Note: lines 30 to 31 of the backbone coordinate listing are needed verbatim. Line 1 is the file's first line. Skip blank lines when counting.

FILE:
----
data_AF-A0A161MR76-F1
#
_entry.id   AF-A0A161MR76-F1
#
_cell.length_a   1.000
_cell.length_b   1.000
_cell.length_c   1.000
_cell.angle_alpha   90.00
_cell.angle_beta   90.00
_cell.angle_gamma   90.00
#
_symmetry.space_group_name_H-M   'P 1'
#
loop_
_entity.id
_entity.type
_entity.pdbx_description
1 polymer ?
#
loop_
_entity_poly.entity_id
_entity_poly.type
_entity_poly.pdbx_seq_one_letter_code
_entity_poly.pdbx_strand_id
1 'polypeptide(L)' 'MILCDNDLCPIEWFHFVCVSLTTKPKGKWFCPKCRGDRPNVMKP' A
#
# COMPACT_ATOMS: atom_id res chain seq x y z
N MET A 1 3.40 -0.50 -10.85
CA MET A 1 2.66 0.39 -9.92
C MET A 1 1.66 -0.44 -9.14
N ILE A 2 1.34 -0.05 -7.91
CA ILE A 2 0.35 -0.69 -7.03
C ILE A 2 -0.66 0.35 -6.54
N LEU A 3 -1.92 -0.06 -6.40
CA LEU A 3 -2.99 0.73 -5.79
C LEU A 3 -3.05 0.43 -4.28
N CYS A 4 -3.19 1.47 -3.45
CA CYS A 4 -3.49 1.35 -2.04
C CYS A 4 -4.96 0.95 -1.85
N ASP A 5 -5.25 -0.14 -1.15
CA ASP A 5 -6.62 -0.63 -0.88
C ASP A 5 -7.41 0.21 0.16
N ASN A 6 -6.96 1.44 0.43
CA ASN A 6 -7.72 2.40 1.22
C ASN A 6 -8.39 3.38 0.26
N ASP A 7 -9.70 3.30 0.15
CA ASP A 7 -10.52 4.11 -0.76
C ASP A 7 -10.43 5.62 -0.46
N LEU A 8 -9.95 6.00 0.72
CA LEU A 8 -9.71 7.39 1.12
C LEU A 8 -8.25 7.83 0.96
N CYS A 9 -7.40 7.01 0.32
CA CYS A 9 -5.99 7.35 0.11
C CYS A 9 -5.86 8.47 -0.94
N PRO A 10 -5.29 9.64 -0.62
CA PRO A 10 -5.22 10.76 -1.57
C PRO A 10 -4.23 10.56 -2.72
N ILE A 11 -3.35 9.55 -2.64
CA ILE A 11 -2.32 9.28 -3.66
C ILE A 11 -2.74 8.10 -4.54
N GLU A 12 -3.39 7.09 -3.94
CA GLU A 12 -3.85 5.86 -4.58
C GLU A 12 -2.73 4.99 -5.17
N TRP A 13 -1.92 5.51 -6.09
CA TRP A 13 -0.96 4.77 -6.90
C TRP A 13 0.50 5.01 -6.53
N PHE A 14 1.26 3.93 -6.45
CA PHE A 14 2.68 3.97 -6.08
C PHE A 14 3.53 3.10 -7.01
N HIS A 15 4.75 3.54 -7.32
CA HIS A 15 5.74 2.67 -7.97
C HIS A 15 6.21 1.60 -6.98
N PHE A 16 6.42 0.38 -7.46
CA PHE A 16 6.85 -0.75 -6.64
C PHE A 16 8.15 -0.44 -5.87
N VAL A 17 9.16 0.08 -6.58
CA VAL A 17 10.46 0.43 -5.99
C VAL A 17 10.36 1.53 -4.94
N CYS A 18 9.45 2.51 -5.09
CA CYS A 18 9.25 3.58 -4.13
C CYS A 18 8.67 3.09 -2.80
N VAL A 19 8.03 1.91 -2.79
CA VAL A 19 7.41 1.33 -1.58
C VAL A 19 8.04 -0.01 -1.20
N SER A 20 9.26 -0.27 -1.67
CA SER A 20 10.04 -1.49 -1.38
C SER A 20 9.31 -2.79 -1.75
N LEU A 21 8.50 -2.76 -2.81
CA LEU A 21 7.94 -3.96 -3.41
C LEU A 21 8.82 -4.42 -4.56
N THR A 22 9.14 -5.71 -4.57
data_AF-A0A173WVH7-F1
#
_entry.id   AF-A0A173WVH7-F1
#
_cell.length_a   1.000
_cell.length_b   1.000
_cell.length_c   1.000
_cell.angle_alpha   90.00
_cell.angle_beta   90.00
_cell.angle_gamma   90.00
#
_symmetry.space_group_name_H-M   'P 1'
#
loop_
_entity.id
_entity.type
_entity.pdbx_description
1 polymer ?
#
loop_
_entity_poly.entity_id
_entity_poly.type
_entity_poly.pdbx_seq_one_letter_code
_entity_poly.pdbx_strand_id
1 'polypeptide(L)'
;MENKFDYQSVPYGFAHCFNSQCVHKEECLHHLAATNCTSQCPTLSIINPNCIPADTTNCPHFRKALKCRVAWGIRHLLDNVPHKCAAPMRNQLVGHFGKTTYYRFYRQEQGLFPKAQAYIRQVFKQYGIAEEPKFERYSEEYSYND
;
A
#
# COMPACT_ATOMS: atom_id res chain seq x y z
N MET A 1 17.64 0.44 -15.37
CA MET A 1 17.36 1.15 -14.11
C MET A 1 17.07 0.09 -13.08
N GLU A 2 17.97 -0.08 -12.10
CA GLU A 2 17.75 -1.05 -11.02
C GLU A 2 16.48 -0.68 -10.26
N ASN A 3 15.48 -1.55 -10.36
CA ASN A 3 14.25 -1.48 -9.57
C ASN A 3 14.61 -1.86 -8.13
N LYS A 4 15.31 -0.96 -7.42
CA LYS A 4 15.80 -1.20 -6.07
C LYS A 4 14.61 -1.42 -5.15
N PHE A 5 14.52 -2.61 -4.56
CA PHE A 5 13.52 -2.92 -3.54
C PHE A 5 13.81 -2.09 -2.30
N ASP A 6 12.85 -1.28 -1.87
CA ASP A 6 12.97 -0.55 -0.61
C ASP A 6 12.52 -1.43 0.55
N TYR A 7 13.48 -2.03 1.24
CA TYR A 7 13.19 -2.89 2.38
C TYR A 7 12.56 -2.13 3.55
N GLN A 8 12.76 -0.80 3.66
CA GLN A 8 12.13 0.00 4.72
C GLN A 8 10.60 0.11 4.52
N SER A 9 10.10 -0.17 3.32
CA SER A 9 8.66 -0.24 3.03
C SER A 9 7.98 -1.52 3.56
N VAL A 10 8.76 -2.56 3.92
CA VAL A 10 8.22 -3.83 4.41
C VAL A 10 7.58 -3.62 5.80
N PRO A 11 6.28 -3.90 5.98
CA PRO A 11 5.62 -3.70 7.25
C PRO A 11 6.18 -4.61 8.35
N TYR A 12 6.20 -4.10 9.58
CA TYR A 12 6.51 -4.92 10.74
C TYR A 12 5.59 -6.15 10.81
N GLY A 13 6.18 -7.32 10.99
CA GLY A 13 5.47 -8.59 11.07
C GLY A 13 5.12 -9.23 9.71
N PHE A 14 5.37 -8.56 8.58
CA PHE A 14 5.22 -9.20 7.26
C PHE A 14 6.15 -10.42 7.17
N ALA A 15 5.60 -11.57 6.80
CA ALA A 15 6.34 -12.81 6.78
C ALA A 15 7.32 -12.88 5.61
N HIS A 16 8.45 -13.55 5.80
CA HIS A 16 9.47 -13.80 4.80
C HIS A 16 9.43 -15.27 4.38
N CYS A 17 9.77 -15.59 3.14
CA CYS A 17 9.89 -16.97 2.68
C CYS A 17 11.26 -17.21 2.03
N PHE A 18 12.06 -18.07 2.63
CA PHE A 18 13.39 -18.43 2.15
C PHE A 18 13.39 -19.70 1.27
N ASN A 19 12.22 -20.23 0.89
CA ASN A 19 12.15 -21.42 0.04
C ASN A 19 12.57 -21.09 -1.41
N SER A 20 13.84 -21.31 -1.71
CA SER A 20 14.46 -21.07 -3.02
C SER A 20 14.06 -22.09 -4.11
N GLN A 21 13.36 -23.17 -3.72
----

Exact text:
C MET A 1 1.66 -0.44 -9.14
N ILE A 2 1.34 -0.05 -7.91